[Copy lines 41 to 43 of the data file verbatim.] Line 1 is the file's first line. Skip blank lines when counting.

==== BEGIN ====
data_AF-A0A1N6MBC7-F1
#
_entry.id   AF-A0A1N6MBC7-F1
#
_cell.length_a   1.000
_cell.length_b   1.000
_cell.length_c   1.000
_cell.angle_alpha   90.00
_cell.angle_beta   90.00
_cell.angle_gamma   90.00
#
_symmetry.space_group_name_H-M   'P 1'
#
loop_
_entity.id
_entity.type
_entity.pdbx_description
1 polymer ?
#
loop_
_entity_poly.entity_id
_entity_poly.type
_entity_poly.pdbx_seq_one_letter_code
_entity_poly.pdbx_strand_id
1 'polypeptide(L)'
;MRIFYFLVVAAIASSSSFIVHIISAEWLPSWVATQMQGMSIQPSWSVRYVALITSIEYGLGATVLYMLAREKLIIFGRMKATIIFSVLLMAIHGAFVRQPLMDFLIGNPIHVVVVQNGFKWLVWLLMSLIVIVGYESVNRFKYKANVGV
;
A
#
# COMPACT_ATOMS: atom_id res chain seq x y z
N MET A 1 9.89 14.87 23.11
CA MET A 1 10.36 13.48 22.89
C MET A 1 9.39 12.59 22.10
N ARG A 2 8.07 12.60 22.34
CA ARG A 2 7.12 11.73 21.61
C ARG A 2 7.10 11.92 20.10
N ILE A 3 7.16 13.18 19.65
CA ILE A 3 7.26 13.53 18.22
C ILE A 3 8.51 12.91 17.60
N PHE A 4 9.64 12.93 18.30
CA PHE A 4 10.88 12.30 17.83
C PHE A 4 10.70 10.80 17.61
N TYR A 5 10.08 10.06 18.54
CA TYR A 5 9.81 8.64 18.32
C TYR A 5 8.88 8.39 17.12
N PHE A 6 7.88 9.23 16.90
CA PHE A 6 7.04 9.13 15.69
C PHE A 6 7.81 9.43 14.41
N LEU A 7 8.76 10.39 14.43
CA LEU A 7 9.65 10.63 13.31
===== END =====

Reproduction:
CA PHE A 4 10.88 12.30 17.83
C PHE A 4 10.70 10.80 17.61
N TYR A 5 10.08 10.06 18.54